Rhode Island became the eighth state to offer regulated and legal sports betting in 2018 after the Supreme Court ruled the Professional and Amateur Sports Protection Act of 1992, or PASPA, unconstitutional early in the year. Much like New Jersey and Pennsylvania, Rhode Island was able to see the writing on the wall.
Sports betting was at an all-time high and the issue of legalized sports betting was picking up steam in every state house around the country. Rhode Island’s lawmakers acted accordingly in order to take advantage of the new trends and laws as quickly as possible.
Rhode Island sports betting began November 26, 2018 at its Twin River Casino in Lincoln. Governor Gina Raimondo allocated revenue from sports betting into her budget proposal, so the state is counting on seeing some tax revenue. Rhode Island joined Delaware, New Jersey, West Virginia, Mississippi, Pennsylvania, and New Mexico in starting a sports betting operation at some point in 2018.
Not only was Rhode Island one of the first to act on the new law of the land, they were one of several states acting as instigators and forcing the issue in the federal court system as well as their own state courts.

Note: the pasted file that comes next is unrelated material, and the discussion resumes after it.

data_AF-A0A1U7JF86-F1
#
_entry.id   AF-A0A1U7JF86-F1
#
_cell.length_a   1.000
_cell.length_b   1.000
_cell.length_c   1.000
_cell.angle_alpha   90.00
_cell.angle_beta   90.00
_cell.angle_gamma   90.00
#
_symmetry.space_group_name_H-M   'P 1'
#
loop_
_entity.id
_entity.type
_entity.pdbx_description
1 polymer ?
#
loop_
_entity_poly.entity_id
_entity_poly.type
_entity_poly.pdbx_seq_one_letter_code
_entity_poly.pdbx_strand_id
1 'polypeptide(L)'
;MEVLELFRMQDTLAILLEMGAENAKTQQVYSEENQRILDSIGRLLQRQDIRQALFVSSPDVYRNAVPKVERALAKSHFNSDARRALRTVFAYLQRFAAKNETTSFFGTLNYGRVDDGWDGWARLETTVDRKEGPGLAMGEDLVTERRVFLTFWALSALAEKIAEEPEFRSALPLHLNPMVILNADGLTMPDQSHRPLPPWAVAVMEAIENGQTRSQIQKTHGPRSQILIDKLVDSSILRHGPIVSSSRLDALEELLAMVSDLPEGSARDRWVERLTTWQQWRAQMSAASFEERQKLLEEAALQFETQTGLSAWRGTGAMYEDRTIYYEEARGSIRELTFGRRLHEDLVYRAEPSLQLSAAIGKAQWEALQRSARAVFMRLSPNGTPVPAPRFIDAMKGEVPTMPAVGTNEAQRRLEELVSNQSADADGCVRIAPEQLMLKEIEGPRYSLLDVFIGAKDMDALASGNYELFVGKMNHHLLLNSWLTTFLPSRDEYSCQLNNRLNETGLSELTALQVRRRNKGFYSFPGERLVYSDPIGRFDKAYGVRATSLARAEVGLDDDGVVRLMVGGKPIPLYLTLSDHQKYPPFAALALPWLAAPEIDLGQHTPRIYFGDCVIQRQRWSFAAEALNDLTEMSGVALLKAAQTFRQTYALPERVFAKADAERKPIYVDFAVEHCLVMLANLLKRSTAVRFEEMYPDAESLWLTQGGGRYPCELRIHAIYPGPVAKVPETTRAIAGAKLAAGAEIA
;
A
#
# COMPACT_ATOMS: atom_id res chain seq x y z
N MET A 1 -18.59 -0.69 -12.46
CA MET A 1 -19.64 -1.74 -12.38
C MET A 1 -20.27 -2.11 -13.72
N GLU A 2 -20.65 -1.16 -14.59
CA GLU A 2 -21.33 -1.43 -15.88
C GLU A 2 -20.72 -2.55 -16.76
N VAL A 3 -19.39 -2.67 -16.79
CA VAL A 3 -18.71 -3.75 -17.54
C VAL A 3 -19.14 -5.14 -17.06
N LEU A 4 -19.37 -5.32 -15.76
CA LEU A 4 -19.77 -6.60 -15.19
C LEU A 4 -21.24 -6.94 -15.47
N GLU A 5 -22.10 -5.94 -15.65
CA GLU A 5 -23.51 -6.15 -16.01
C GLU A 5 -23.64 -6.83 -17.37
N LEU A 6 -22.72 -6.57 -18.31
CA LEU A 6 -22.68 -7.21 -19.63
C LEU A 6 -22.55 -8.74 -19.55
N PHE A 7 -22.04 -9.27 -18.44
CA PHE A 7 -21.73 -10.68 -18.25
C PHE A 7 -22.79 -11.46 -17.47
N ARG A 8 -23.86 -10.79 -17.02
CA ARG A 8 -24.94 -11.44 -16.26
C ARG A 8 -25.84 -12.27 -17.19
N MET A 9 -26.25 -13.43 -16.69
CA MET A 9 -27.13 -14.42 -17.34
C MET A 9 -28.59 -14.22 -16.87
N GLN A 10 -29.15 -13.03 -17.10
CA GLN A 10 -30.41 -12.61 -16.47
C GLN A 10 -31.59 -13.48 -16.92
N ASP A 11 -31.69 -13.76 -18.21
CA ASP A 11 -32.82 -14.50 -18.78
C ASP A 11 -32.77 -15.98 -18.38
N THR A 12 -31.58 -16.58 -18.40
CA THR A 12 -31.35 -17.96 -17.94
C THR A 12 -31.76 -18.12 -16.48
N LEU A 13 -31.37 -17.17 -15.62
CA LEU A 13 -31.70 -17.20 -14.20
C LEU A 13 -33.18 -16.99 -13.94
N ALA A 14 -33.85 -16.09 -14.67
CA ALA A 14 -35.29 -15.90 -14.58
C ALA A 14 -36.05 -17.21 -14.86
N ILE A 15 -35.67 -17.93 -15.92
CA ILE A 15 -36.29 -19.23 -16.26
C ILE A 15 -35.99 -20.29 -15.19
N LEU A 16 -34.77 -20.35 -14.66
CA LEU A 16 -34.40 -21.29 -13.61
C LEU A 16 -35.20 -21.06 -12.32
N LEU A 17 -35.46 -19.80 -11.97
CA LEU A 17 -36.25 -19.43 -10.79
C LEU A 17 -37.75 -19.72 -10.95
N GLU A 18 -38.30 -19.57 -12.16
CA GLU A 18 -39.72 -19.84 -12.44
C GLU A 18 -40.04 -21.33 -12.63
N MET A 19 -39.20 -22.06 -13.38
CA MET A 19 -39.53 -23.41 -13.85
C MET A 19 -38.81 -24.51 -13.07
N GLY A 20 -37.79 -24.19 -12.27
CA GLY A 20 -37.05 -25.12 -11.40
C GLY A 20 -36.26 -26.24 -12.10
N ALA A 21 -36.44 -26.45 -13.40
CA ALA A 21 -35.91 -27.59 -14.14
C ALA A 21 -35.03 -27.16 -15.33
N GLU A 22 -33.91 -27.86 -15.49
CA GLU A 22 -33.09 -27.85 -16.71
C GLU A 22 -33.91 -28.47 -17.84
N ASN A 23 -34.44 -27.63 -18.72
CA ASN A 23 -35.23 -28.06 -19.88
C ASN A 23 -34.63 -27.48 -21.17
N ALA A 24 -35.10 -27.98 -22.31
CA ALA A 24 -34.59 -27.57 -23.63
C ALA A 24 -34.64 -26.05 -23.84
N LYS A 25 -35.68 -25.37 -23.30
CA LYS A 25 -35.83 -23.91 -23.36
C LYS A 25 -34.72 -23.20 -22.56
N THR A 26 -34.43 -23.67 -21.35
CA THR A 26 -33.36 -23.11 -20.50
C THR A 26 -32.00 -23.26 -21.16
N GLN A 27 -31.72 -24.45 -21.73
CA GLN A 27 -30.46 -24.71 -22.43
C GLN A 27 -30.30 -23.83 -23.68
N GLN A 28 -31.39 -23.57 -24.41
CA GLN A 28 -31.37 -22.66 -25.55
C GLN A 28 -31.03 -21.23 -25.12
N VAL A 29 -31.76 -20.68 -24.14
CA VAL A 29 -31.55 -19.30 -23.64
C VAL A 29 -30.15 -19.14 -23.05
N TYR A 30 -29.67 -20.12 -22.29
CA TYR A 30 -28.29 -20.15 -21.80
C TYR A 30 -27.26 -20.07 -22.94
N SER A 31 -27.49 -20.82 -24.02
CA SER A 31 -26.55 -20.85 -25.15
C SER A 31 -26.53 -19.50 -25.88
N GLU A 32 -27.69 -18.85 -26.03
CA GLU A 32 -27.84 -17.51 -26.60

Rhode Island sign sports betting into law on June 22, 2018.
Rhode Island wisely left the issue up to the voters using very direct ballot measures, and the voters always responded positively to the idea of regulated and legalized sports betting. The state’s voters twice approved casino gambling in the state, once in 2012 and again in 2016. Those two referendums authorized the construction of two Class III casinos with sports betting accommodations.
Rhode Island state legislators formally authorized sports betting via the state budget process in 2018. As you can see, most of the heavy lifting was done in preparation for a Supreme Court ruling that was years away.
On May 15 of 2018, the day after the Supreme Court ruling came down and essentially legalized sports betting, Rhode Island lawmakers quickly held the nation’s first post-PASPA hearing. During that meeting, it became very clear that the small state in New England was quite serious about capitalizing on sports betting and the revenue it produces.
Lottery staff showed an active request for proposal and solicited a technology partner to provide the sportsbook know-how. Turns out, their partner IGT was the only bidder, seemingly earning the gig by default barring an issue in review. The group already provides the state’s lottery platform, so the expansion wasn’t really much of a surprise.
The state legislature passed Raimondo’s budget, including sports betting, in mid-June. Raimondo then signed Rhode Island sports betting into law officially on June 22, 2018. Then, another standalone Rhode Island sports betting bill (S 2045) appeared in January and was sponsored by a handful of state senators. This bill moved to allow the Rhode Island Lottery to operate sports betting at the two Twin River casinos. Wagering on collegiate sports would be allowed, as the only exclusion would be those involving Rhode Island teams or games.